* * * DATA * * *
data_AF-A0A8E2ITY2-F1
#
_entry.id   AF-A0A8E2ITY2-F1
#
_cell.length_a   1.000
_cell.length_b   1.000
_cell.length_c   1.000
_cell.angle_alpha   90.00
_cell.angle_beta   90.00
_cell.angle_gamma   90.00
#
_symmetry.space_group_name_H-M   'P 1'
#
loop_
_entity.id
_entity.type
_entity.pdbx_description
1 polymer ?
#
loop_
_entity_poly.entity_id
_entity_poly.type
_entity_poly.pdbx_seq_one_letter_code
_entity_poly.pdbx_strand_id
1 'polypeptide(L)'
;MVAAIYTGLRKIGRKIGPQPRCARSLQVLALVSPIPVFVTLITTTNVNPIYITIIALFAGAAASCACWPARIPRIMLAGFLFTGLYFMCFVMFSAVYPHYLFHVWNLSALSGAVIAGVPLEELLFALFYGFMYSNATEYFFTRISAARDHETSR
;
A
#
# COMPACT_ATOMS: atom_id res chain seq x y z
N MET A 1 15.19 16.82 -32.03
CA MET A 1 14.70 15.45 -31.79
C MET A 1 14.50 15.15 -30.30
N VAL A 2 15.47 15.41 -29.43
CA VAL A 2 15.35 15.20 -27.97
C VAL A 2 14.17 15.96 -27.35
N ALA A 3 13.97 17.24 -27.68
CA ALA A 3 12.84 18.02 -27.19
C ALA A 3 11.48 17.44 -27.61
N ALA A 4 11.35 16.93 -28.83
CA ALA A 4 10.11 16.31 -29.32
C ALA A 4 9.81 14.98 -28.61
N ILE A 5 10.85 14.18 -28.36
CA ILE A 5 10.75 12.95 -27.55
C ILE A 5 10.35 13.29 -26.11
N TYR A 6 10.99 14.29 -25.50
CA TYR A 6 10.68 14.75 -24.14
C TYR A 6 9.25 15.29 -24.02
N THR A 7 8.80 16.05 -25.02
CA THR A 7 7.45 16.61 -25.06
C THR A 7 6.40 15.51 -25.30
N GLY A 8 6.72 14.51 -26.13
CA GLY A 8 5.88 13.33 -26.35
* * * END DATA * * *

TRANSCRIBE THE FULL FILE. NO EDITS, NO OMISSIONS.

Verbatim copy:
data_AF-A0A8E2ITY2-F1
#
_entry.id   AF-A0A8E2ITY2-F1
#
_cell.length_a   1.000
_cell.length_b   1.000
_cell.length_c   1.000
_cell.angle_alpha   90.00
_cell.angle_beta   90.00
_cell.angle_gamma   90.00
#
_symmetry.space_group_name_H-M   'P 1'
#
loop_
_entity.id
_entity.type
_entity.pdbx_description
1 polymer ?
#
loop_
_entity_poly.entity_id
_entity_poly.type
_entity_poly.pdbx_seq_one_letter_code
_entity_poly.pdbx_strand_id
1 'polypeptide(L)'
;MVAAIYTGLRKIGRKIGPQPRCARSLQVLALVSPIPVFVTLITTTNVNPIYITIIALFAGAAASCACWPARIPRIMLAGFLFTGLYFMCFVMFSAVYPHYLFHVWNLSALSGAVIAGVPLEELLFALFYGFMYSNATEYFFTRISAARDHETSR
;
A
#
# COMPACT_ATOMS: atom_id res chain seq x y z
N MET A 1 15.19 16.82 -32.03
CA MET A 1 14.70 15.45 -31.79
C MET A 1 14.50 15.15 -30.30
N VAL A 2 15.47 15.41 -29.43
CA VAL A 2 15.35 15.20 -27.97
C VAL A 2 14.17 15.96 -27.35
N ALA A 3 13.97 17.24 -27.68
CA ALA A 3 12.84 18.02 -27.19
C ALA A 3 11.48 17.44 -27.61
N ALA A 4 11.35 16.93 -28.83
CA ALA A 4 10.11 16.31 -29.32
C ALA A 4 9.81 14.98 -28.61
N ILE A 5 10.85 14.18 -28.36
CA ILE A 5 10.75 12.95 -27.55
C ILE A 5 10.35 13.29 -26.11
N TYR A 6 10.99 14.29 -25.50
CA TYR A 6 10.68 14.75 -24.14
C TYR A 6 9.25 15.29 -24.02
N THR A 7 8.80 16.05 -25.02
CA THR A 7 7.45 16.61 -25.06
C THR A 7 6.40 15.51 -25.30
N GLY A 8 6.72 14.51 -26.13
CA GLY A 8 5.88 13.33 -26.35